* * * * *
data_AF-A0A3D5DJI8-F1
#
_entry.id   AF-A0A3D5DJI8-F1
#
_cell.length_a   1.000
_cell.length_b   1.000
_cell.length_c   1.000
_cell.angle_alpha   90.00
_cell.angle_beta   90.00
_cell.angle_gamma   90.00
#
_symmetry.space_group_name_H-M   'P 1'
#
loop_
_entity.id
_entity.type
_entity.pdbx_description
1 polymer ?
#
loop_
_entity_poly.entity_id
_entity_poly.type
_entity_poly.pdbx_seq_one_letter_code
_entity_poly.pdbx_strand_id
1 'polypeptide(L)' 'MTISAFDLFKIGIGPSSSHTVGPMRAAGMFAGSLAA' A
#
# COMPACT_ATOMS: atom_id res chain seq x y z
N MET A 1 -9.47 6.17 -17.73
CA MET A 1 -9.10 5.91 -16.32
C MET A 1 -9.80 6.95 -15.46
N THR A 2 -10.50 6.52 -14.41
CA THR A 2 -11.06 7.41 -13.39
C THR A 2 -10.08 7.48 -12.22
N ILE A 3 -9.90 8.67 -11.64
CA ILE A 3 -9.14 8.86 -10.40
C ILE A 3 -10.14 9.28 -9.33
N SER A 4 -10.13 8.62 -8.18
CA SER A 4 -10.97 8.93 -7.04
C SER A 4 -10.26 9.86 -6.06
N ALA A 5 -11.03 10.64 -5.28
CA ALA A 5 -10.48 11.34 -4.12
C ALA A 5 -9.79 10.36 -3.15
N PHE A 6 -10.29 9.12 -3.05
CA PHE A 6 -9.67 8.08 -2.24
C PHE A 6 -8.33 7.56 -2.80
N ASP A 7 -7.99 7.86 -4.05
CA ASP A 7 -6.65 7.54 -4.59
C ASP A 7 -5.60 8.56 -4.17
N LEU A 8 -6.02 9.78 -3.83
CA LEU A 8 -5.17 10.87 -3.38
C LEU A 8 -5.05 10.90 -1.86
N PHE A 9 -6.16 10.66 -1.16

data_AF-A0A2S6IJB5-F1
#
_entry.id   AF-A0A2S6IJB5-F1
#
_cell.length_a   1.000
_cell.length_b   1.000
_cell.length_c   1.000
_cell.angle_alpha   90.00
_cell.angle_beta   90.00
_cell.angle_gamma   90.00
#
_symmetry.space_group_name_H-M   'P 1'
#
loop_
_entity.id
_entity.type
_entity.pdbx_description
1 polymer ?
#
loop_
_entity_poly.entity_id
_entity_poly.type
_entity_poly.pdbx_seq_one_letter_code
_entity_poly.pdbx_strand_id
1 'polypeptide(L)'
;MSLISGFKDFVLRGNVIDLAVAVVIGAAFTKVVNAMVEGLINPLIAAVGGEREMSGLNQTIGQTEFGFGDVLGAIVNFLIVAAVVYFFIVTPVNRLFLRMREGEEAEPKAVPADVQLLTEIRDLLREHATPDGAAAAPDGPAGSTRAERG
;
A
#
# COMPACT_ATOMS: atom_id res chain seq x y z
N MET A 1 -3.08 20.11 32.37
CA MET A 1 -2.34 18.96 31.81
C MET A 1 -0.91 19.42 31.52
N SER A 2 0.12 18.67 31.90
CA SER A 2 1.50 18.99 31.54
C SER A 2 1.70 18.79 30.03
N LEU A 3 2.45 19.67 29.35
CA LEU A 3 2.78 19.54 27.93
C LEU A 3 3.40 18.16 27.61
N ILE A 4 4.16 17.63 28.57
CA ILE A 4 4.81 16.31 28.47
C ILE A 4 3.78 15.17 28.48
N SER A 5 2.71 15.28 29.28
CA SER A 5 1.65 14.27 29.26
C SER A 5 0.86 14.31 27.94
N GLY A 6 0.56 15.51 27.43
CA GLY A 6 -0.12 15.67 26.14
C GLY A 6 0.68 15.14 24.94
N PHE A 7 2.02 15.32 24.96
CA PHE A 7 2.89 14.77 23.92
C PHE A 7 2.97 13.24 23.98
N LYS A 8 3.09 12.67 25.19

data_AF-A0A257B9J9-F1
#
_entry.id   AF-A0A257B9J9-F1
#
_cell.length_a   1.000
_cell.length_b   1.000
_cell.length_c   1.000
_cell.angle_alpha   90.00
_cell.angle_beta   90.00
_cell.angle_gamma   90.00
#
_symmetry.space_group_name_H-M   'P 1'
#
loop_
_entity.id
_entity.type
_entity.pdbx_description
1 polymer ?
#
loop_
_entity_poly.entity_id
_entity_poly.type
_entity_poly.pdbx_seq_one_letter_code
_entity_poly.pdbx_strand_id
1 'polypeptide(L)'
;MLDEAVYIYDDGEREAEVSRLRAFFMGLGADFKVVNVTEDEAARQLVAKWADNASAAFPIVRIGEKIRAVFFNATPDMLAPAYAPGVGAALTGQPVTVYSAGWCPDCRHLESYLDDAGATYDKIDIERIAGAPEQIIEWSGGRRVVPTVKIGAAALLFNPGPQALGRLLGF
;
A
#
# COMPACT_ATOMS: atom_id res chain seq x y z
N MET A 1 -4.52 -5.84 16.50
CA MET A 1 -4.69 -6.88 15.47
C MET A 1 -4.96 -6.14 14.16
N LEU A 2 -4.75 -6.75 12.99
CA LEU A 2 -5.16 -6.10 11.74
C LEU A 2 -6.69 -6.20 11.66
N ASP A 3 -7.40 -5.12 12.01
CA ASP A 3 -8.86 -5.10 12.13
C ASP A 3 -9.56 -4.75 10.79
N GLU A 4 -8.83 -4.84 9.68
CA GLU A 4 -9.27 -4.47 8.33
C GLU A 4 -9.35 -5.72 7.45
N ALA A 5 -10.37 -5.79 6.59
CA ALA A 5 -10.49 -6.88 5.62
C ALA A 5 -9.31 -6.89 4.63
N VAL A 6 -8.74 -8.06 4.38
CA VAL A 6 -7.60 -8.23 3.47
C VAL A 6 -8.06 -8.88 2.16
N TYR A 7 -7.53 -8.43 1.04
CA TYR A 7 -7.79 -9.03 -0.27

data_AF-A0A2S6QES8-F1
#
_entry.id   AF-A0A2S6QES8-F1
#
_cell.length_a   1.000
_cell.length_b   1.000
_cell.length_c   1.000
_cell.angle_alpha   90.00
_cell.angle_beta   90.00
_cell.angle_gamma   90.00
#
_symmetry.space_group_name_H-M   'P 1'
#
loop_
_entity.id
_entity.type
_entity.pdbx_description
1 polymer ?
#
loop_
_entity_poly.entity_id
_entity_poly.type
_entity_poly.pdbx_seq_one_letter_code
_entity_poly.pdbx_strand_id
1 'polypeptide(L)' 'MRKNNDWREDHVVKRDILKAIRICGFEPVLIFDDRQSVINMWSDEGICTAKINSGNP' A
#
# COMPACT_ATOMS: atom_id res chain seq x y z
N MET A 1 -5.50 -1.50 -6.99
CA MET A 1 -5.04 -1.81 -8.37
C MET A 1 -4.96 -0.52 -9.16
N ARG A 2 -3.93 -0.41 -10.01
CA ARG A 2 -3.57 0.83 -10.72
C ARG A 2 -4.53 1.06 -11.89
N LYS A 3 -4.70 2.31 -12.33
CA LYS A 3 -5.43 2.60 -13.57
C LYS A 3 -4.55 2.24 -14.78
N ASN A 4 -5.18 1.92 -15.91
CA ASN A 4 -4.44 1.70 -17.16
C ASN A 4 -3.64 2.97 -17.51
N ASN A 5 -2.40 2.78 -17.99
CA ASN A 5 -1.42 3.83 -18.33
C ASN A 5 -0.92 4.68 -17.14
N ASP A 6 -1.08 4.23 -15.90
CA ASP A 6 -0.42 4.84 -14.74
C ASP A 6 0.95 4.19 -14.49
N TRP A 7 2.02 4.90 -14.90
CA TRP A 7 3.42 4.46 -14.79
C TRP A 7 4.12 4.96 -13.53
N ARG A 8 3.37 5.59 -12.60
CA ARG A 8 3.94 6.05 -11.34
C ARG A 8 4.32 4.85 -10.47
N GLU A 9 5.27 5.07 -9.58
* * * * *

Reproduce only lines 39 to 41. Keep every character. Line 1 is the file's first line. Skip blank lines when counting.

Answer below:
C SER A 4 -10.26 9.86 -6.06
N ALA A 5 -11.03 10.64 -5.28
CA ALA A 5 -10.48 11.34 -4.12